Registered trademark for sets of tuned percussion tubes. The tubes, made of coloured, radially flexible plastic, are of graduated length and pitch and produce sounds when hit against surfaces (including the human body), against one another, or by striking the tubes with mallets. An optional cap fitted to a tube lowers its pitch one octave; caps on both ends allow a tube to enclose rattling pellets. The descriptive name (‘boom’ plus ‘whacker’) was coined by Craig Ramsell, who invented the instruments in California in ...

Article

Leon Botstein

Austrian firm of piano makers. Ignaz Bösendorfer (b Vienna, 28 July 1796; d Vienna, 14 April 1859) founded the firm in 1828 after an apprenticeship with Joseph Brodmann. He recognized the need for an instrument that could respond to the demands for volume and pitch stability made by the virtuosos of the 1830s. In a legendary incident only a Bösendorfer piano survived an evening of Liszt's playing. In 1830 Bösendorfer received the first ‘kaiserlich und königlich’ designation granted to a piano maker. The firm reached its technological zenith and greatest fame under Ignaz's son Ludwig (b Vienna, 15 April 1835; d Vienna, 9 May 1919), who trained with his father. Ludwig's patents from the early 1860s concentrated on improvements to the Viennese action. He was staunchly conservative on issues of piano design, resisting the innovations made by Steinway and Chickering between the 1860s and the 1890s in both the use of metal and the technique of framing. Ludwig moved and expanded the factory but retained an artisan system of production. The output between the 1860s and ...

Article

Geoffrey Burgess

American makers of historic oboes. The craftsman Jonathan Bosworth (b Ithaca, NY, 18 June 1938) and oboist Stephen Hammer (b Rochester, NY, 14 April 1951) worked in partnership copying historical double-reed instruments from 1975 to 2002. Their first copy was of an oboe by Thomas Stanesby Sr, then in the possession of Dr Robert M. Rosenbaum. This was followed by copies of oboes by various 18th-century makers, including Thomas Stanesby Jr, J. Denner, Charles Bizey, William Milhouse, C.A., Heinrich Grenser, and J.F. Floth; oboes d’amore by Denner and J.H. Eichentopf; an oboe da caccia by Eichentopf; a tenor oboe by J.C. Denner; and shawms after anonymous specimens (in B.B.mim and CZ.P.nm). Working out of Acton, Massachusetts, they also began designing their own hybrid ‘Saxon’ model patterned after several original oboes from Dresden and Leipzig makers. Production of this model was subsequently transferred to Joel Robinson of New York. By the time their partnership ceased, Bosworth & Hammer had made more than 300 instruments....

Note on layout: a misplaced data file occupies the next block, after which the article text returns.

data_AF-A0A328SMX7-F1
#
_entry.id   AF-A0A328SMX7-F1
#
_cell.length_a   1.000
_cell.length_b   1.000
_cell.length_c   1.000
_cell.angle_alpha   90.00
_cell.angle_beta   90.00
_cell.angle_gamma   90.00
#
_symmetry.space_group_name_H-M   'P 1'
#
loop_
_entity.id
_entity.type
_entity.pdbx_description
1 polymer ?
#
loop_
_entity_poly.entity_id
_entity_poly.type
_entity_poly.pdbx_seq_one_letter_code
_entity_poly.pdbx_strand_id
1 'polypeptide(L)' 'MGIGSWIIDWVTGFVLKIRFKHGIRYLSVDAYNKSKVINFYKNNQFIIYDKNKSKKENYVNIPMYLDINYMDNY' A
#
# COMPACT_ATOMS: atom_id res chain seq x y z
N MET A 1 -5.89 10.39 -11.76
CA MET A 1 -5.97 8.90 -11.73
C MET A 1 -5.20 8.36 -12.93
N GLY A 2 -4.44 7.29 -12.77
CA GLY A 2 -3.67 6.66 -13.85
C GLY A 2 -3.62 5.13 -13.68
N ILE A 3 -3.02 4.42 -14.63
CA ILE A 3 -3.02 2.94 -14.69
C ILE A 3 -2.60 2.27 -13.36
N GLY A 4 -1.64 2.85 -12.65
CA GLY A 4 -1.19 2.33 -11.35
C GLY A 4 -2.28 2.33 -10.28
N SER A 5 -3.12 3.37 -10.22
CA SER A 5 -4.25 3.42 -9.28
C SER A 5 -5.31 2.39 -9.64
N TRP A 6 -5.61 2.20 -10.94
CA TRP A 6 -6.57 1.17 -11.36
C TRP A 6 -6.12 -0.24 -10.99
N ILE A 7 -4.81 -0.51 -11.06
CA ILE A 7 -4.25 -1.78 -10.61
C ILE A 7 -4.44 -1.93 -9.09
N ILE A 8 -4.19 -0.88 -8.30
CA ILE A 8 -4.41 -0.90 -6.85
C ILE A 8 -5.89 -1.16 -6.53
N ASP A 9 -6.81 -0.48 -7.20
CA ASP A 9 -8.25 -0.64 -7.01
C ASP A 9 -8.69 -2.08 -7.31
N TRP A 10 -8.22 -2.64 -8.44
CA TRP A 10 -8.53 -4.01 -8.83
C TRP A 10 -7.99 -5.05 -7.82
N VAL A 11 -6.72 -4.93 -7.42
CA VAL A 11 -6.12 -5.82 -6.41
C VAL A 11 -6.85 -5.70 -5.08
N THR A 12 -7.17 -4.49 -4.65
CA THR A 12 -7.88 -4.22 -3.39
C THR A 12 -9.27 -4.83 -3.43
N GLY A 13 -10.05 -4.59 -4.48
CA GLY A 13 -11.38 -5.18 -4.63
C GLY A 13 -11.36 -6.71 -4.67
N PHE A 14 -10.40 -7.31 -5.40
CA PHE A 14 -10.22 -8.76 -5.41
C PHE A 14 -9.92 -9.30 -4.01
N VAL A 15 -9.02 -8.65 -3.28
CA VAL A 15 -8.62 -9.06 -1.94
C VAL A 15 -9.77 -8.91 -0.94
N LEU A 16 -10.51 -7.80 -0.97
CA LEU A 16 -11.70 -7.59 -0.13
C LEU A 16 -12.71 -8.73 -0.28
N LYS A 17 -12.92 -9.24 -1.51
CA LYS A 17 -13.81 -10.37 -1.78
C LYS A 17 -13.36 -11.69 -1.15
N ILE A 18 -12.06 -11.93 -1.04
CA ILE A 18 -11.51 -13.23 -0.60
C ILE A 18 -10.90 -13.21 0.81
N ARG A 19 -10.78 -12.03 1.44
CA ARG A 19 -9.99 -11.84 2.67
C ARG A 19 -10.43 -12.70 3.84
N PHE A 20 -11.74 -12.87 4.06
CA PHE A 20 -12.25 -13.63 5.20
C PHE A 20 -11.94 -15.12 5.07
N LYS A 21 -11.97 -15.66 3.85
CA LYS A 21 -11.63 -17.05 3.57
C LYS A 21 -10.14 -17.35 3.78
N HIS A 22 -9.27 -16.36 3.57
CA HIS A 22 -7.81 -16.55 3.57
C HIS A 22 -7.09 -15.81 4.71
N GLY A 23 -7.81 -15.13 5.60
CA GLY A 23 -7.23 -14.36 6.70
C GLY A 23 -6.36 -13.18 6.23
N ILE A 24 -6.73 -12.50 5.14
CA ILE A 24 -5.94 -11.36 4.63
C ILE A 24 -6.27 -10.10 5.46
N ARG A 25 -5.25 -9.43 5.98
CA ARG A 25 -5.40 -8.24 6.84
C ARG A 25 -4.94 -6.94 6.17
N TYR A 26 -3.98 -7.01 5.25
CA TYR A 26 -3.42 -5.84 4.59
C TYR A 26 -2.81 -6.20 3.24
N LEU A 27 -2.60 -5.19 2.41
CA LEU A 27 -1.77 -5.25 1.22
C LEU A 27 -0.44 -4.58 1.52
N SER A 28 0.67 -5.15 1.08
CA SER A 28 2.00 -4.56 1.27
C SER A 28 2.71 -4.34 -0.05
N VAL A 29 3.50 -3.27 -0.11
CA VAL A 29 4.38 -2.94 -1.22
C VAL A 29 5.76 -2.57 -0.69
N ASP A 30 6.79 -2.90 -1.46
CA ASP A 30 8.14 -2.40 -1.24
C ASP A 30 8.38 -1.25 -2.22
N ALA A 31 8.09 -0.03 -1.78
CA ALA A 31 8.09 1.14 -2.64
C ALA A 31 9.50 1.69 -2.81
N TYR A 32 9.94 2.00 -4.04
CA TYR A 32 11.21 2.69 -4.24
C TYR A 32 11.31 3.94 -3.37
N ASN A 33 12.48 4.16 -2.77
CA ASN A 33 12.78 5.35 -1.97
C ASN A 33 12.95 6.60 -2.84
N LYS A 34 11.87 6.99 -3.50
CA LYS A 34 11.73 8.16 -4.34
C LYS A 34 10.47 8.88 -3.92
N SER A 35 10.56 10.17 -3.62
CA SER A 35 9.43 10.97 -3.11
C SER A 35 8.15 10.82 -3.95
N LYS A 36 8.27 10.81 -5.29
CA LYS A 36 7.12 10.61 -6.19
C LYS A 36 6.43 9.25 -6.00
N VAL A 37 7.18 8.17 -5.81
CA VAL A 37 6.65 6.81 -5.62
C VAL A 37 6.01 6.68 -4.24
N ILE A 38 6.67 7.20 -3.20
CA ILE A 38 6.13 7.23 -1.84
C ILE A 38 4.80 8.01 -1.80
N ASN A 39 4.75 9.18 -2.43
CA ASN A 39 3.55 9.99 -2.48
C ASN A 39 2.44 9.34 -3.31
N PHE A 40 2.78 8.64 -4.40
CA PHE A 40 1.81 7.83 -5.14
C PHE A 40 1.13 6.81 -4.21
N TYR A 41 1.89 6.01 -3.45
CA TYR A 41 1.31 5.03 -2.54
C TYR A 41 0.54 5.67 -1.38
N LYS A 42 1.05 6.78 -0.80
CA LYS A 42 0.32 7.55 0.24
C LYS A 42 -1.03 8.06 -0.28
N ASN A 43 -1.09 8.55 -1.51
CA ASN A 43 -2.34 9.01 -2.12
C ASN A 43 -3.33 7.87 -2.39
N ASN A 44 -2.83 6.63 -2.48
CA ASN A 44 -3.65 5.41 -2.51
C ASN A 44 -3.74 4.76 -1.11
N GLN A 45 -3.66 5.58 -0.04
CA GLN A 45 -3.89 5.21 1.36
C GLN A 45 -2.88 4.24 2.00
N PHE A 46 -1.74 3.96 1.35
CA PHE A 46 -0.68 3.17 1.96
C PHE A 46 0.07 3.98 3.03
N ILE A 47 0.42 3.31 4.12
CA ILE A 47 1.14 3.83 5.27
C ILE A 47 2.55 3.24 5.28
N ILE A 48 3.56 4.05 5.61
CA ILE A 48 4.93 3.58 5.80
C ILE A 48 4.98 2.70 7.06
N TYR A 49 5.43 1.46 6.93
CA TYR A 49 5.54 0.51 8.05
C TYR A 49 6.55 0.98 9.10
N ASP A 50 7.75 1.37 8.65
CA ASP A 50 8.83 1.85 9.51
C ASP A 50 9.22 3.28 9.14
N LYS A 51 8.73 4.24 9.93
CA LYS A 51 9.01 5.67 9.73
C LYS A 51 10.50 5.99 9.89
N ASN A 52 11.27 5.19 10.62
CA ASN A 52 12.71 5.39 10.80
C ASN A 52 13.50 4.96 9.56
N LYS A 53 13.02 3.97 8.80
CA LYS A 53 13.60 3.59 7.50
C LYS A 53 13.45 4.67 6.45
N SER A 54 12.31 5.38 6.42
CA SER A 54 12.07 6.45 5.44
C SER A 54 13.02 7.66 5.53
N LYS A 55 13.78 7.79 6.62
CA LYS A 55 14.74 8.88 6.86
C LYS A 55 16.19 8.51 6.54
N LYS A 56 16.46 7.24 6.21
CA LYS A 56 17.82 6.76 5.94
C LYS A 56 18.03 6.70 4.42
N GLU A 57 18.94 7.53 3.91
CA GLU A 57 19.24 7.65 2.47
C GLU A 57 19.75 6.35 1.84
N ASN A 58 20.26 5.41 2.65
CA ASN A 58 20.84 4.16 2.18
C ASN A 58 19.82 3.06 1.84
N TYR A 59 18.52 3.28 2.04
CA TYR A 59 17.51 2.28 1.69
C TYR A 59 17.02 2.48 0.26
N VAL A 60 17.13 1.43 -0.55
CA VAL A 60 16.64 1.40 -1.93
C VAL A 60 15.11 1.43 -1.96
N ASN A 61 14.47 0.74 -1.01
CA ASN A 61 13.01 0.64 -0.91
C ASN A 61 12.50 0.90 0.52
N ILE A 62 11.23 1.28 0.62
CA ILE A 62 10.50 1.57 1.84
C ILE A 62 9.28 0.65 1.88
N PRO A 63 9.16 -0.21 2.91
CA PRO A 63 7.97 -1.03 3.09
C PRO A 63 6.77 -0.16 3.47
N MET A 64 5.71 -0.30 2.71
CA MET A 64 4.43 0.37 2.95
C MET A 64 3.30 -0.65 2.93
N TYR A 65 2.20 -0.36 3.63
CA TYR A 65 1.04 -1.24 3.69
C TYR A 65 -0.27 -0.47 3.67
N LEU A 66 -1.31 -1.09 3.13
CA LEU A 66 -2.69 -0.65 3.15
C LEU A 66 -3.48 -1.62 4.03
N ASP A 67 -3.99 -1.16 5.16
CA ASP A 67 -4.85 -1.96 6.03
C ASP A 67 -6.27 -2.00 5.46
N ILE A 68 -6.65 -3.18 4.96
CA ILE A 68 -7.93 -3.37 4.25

Article

Margaret Cranmer

English firm of piano manufacturers. John Brinsmead (b Weare Giffard, Devon, 13 Oct 1814; d London, 17 Feb 1908) founded the firm in Windmill Street, London, in 1835. His sons Thomas James Brinsmead (d London, 9 Nov 1906) and Edgar Brinsmead (b London, March 1848; d London, 28 Nov 1907) became partners in 1863, when the firm took new premises in Wigmore Street. The firm became a limited company in 1900, by which time annual production totalled 2000 pianos. Following John Brinsmead’s death, the firm was run by his grandson Henry Billinghurst until a long strike in 1920 led the firm into receivership and Walter Saville, a director of J.B. Cramer & Co., purchased the controlling interest in the firm for £4000 in 1921. Manufacture of the Brinsmead and Cramer pianos continued until 1964, when the firm was bought out by Kemble & Co, which retains the title purely as a brand name....